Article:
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Old 10-17-2011, 02:41 PM
 
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Quote:
Originally Posted by jojo61397 View Post
Just because a child can do his ABCs, etc does NOT mean that it's not autism. Autism is a spectrum of disorders. And many children have splinter skills. So yes it is rude to assume that this child and his mother are not having issues.
Yep, both my grandchildren knew their ABCs early. The younger one was very nonverbal except for things like reciting ABCs and numbers. The older one had not only the names of the letters, but their sounds before she was 2. She still has asperger's syndrome.

 
Old 10-17-2011, 04:58 PM
 
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Quote:
Originally Posted by jojo61397 View Post
Before my son was diagnosed with autism, I was told by family members that I had Munchausen Syndrome By Proxy. A big thing that tells me that this is NOT the case is that it would be nearly impossible to induce those symptoms with medication. Most cases of Munchausen the parents medicate the child to induce symptoms, and then take the child to the doctor for diagnosis. I think it's kind of sad that people feel the need to armchair quarterback a parent. I don't believe this parent has Munchausen.

As I stated earlier subtle symptoms will not be caught by regular pediatricians. My son has autism, he was well spoken at 2 years old (he lost many words at that time), he walked on his toes, was echolalic, and he was a severe insomniac. Of course I was blamed for nearly every single one of his symptoms, and my husband's commander's wife sought fit to announce to the entire spouse's group that I was making up the fact that my son had autism, and she knew better than I did, because she met him three times and was a special education teacher. There was nothing wrong with him. After watching these videos I can completely sympathize with this poor woman.


While I agree that it's pretty hard to induce these symptoms, why can't the boy just be a little more active/high strung/energetic ect..? Lately it seems like anytime a child is out the normal bracket, they must be austistic. My youngest was crying when he was born and breaks down in tears at the slightest worry. He gets into trouble on a daily basis. He breaks things, takes things apart and is constantly losing things. He's rough with animals. He worries about everything to the point that it consumes his life. He cannot sit still and by that I mean he literally cannot sit in a chair for more than five minutes without fidgeting. He is a pessimist to no end, has trouble making friends and when he does make a friend, worries non-stop that he will lose his friend to someone else. He had colic from the time he was three months old until he was seven months old. I actually lost hearing in one ear because he cried so much all the time. He ran away when he was two because he couldn't ride his pony the second he asked. We had to lock all of our vehicles up all the time because he would get in them and mess the wiring up. (we live in a VERY rural area and don't lock anything up). Do I think he has any underlying diseases/medical issues other than he may have anxiety? No Way! Does his Doctor who by the way has known him since the day he was born and see's him on a daily basis as his child attends the same school in the class next to my sons? Not in the least bit. He is however, a very energetic, high strung boy who tends to get into more situations than his brothers ever did. Has Autism or ADD/ADHD ever crossed my mind? Nope. He is above average in school, and aside from the fact that he gets into a little more trouble in school than his brothers ever did, a very normal little boy. I don't deny that many children have Autism but I see a trend very much like the ADD/ADHD trend of over-diagnosing.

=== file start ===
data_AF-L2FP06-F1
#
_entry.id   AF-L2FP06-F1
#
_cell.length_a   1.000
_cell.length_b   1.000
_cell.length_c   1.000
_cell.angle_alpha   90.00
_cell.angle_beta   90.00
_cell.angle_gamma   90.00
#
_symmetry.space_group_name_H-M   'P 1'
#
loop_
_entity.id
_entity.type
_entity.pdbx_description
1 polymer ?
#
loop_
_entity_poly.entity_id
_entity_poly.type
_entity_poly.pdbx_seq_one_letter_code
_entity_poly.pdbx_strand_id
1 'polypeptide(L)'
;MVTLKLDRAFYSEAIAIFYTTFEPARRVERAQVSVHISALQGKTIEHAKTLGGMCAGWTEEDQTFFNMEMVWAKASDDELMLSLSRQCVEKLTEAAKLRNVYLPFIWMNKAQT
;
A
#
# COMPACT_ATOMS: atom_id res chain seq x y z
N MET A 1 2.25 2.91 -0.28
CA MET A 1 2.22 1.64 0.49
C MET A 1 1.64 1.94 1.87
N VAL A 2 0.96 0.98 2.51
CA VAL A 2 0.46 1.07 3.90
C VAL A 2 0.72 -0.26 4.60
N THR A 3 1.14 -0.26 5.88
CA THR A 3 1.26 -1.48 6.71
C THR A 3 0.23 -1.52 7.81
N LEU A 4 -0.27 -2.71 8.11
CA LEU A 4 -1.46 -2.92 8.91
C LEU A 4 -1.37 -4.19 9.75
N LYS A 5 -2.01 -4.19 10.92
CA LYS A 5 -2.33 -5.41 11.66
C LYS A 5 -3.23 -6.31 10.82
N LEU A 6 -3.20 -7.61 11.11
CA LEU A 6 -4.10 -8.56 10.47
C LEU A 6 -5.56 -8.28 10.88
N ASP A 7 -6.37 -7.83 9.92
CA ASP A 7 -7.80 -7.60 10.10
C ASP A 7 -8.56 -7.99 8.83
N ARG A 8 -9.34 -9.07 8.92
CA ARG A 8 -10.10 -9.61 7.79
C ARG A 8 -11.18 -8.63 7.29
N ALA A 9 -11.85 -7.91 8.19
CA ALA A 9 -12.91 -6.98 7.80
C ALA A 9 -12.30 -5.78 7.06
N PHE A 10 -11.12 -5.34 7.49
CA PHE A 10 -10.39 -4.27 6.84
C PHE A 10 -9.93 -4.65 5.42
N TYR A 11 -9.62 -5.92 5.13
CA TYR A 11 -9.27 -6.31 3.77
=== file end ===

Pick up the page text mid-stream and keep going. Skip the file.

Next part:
Old 10-17-2011, 05:24 PM
 
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I just watched the video about going to church. It is apparent that these parents do not know how to discipline/control their son. They actually stopped going to church because of him. He is controlling their lives. She even says that he screams when they pick him up at church to keep him from running all over. This is a tactic that children (when allowed to do so) do to get their way, nothing more. This kid is controlling the family the way he wants to.
 
Old 10-17-2011, 05:53 PM
 
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Quote:
Originally Posted by magoomafoo View Post
I just watched the video about going to church. It is apparent that these parents do not know how to discipline/control their son. They actually stopped going to church because of him. He is controlling their lives. She even says that he screams when they pick him up at church to keep him from running all over. This is a tactic that children (when allowed to do so) do to get their way, nothing more. This kid is controlling the family the way he wants to.
This is also a sign of autism. He didn't like being picked up as an infant (first video), unless it was a certain way, another sign of autism. He doesn't sleep, another sign of autism. He is hyperactive, another sign of autism. He toe walks, another sign of autism. He flaps his hands, another sign of autism. He speaks echolalically, another sign of autism.

It hurst no one to get him looked at for those symptoms. Autism is not over-diagnosed. It's actually quite difficult to get an autism diagnosis, especially when the child is high functioning. I know people who took 9 years to get the right diagnosis and the right help for their child. But people are too fearful of labels and they have this stupid stigma against parents for actually seeking a diagnosis. Autism can be overcome with behavioral therapies.
 
Old 10-17-2011, 07:49 PM
 
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It's also a sign of numerous other medical conditions and/or behavioral problems, not JUST Autism.
 
Old 10-17-2011, 08:46 PM
 
Location: Upper Midwest
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Quote:
Originally Posted by magoomafoo View Post